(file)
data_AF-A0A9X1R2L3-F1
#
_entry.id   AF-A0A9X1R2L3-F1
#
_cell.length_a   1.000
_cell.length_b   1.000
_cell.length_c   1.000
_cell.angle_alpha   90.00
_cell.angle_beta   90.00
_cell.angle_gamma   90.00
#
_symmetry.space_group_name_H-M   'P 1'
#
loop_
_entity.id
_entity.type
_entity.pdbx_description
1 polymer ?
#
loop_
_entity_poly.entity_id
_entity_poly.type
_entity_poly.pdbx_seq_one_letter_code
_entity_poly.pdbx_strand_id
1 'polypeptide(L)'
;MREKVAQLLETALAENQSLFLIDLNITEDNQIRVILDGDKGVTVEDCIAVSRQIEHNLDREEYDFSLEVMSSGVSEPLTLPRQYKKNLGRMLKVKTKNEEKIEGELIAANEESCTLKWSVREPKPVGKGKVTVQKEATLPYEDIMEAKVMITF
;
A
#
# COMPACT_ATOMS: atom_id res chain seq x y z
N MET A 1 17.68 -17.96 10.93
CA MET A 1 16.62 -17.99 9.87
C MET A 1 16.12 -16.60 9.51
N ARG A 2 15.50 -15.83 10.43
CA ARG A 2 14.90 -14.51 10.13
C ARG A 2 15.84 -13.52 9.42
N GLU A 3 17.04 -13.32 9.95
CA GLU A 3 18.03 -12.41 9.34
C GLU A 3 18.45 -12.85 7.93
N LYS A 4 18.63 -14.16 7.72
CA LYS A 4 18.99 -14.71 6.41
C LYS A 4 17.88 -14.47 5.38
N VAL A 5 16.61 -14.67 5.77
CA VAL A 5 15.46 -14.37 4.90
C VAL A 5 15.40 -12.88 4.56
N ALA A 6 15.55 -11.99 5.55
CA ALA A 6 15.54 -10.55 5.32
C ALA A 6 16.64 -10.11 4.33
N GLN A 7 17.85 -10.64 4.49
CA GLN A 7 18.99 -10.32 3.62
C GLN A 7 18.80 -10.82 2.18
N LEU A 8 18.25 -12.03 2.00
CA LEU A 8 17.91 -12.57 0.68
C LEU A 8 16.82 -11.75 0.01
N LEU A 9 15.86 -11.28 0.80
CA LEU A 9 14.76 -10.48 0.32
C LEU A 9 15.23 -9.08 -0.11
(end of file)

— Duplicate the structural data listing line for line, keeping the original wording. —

data_AF-A0A9X1R2L3-F1
#
_entry.id   AF-A0A9X1R2L3-F1
#
_cell.length_a   1.000
_cell.length_b   1.000
_cell.length_c   1.000
_cell.angle_alpha   90.00
_cell.angle_beta   90.00
_cell.angle_gamma   90.00
#
_symmetry.space_group_name_H-M   'P 1'
#
loop_
_entity.id
_entity.type
_entity.pdbx_description
1 polymer ?
#
loop_
_entity_poly.entity_id
_entity_poly.type
_entity_poly.pdbx_seq_one_letter_code
_entity_poly.pdbx_strand_id
1 'polypeptide(L)'
;MREKVAQLLETALAENQSLFLIDLNITEDNQIRVILDGDKGVTVEDCIAVSRQIEHNLDREEYDFSLEVMSSGVSEPLTLPRQYKKNLGRMLKVKTKNEEKIEGELIAANEESCTLKWSVREPKPVGKGKVTVQKEATLPYEDIMEAKVMITF
;
A
#
# COMPACT_ATOMS: atom_id res chain seq x y z
N MET A 1 17.68 -17.96 10.93
CA MET A 1 16.62 -17.99 9.87
C MET A 1 16.12 -16.60 9.51
N ARG A 2 15.50 -15.83 10.43
CA ARG A 2 14.90 -14.51 10.13
C ARG A 2 15.84 -13.52 9.42
N GLU A 3 17.04 -13.32 9.95
CA GLU A 3 18.03 -12.41 9.34
C GLU A 3 18.45 -12.85 7.93
N LYS A 4 18.63 -14.16 7.72
CA LYS A 4 18.99 -14.71 6.41
C LYS A 4 17.88 -14.47 5.38
N VAL A 5 16.61 -14.67 5.77
CA VAL A 5 15.46 -14.37 4.90
C VAL A 5 15.40 -12.88 4.56
N ALA A 6 15.55 -11.99 5.55
CA ALA A 6 15.54 -10.55 5.32
C ALA A 6 16.64 -10.11 4.33
N GLN A 7 17.85 -10.64 4.49
CA GLN A 7 18.99 -10.32 3.62
C GLN A 7 18.80 -10.82 2.18
N LEU A 8 18.25 -12.03 2.00
CA LEU A 8 17.91 -12.57 0.68
C LEU A 8 16.82 -11.75 0.01
N LEU A 9 15.86 -11.28 0.80
CA LEU A 9 14.76 -10.48 0.32
C LEU A 9 15.23 -9.08 -0.11